In a recent CNN article titled, “A Supreme Court without Protestants?” Dan Gilgoff highlights the incredible possibility that the Supreme Court could include no Protestants; a dynamic as rare as Catholic Presidents. John Paul Stevens, the only existing Supreme Court Protestant, is now retiring; leaving room for a replacement whose religious subscription may fall in line with the current contingency of Jewish and Catholic faiths. Historically, this is a big deal. As Gilgoff notes, Protestants have had a history of flooding the ranks of legal and governmental authority in the hopes of influencing the nation of their convictions and ideals. With the disappearance of Protestants on the Supreme Court, it appears that these “onward Christian soldiers” have now turned their attention elsewhere.
This is no surprise to me. In my own denomination (United Methodist), there has been a “beating a dead horse” approach to the subject of church growth and congregational livelihood. The main line local churches are declining at an ever-increasing pace. The Barna Research Group indicates that “mainline church membership dropped by more than one-quarter to roughly 20 million people—15 percent of all American adults” between 1958 and 2008. The outward expressions of church and society, such as influencing the direction of government, can only thrive as much as the local church.
Those mainline church statistics, however, also include Roman Catholicism –yet Catholics make up the majority of the Supreme Court counting 6 judges. Gilgoff explains this by stating that both Catholic and Jewish “traditions have long pursued legal degrees as a way to assimilate into a majority Protestant country.” Perhaps, but I’m more inclined to think it’s simply a coincidence. In my opinion, Roman Catholicism and Judaism suffer greatly from the same ill that plagues the mainline Protestant Church –nominal allegiance. It’s more common today that those individuals will proclaim loyalty to a tradition as a statement of identity rather than faith conviction…especially people in government positions. This may seem judgmental, but as a mainline pastor religious passivity is perhaps the most evident problem in every local church I have experienced. It’s quite probable that religious affiliation is simply an afterthought with many of these judges and other elected officials.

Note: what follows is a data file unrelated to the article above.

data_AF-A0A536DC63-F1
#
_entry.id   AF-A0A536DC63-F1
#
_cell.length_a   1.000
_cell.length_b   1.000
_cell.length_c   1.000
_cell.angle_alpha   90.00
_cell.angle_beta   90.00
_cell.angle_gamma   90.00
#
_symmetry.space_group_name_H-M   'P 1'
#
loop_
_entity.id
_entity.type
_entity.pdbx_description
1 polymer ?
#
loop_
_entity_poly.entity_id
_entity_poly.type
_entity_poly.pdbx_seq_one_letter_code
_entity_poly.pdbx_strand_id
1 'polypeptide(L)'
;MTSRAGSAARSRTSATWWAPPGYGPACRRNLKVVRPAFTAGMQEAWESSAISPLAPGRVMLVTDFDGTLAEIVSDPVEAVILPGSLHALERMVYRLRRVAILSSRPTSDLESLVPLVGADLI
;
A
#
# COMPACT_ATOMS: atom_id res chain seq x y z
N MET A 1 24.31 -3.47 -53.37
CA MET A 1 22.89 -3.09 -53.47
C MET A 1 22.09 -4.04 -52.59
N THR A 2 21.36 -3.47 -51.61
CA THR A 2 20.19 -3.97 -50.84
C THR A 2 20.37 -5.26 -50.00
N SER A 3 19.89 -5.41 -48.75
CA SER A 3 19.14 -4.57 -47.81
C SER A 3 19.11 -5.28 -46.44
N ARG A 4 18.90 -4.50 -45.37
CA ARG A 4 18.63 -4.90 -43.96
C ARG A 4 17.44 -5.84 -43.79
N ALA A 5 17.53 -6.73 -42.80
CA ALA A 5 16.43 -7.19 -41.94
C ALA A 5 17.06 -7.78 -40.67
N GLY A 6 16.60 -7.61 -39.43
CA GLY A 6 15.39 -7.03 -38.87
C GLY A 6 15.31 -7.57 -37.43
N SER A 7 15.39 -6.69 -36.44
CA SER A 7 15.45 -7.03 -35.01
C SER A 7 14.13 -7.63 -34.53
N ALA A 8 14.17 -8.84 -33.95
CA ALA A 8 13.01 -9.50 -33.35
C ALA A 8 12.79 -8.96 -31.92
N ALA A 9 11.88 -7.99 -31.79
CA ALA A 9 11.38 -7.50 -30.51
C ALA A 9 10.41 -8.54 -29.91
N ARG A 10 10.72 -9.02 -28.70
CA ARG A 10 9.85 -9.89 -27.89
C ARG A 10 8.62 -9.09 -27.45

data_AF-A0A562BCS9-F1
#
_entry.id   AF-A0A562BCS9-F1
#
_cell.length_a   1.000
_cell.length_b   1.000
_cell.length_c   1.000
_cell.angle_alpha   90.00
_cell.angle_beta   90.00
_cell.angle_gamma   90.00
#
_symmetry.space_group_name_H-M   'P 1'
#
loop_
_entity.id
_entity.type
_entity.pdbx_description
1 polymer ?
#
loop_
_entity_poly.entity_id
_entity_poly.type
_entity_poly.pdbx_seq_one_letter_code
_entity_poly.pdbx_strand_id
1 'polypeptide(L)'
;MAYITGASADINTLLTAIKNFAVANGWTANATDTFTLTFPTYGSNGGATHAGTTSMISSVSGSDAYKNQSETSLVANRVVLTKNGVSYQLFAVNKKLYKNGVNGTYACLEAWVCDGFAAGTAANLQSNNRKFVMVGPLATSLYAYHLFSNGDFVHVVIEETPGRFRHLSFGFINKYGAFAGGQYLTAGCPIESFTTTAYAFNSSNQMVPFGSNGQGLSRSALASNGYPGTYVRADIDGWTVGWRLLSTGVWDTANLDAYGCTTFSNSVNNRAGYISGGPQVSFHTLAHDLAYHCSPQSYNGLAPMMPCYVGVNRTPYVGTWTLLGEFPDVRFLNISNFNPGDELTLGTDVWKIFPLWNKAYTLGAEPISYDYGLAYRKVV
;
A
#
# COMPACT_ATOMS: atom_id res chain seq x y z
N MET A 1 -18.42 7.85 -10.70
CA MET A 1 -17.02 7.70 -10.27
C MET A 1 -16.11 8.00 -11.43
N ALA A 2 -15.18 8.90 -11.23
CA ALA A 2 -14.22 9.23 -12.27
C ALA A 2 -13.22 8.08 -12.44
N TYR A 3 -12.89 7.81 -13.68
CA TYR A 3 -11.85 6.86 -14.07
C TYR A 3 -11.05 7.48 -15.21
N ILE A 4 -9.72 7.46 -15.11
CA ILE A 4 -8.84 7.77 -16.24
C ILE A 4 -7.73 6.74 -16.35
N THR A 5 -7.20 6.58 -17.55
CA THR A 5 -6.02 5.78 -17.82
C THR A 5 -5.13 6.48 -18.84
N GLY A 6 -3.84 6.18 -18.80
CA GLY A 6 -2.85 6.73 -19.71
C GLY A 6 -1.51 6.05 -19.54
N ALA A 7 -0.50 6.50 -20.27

The exception here is Evangelical Protestants, whose outcry for national morality and reclaiming what they believe to be a country “founded on Christian ideals” (a common misunderstanding, but that’s for another blog) have led to a focus on raising up young legal reformers. In the 80’s, evangelical leaders Jerry Falwell and Pat Robertson opened legal departments in their schools: Regent University and Liberty University. Although George W. Bush failed at bringing evangelical Harriet Miers to the Supreme Court in 2005, Gilgoff admits that the appointment of an Evangelical Protestant “may not be too far off.” Evangelical Protestants, in all their fervor, may indeed accomplish what they have set out to do. After all, it was the mainliners that successfully sought to infiltrate the government with their faith convictions for all those years. With the same motivation and ardent beliefs, Evangelicals may one day turn the tides of constitutional law.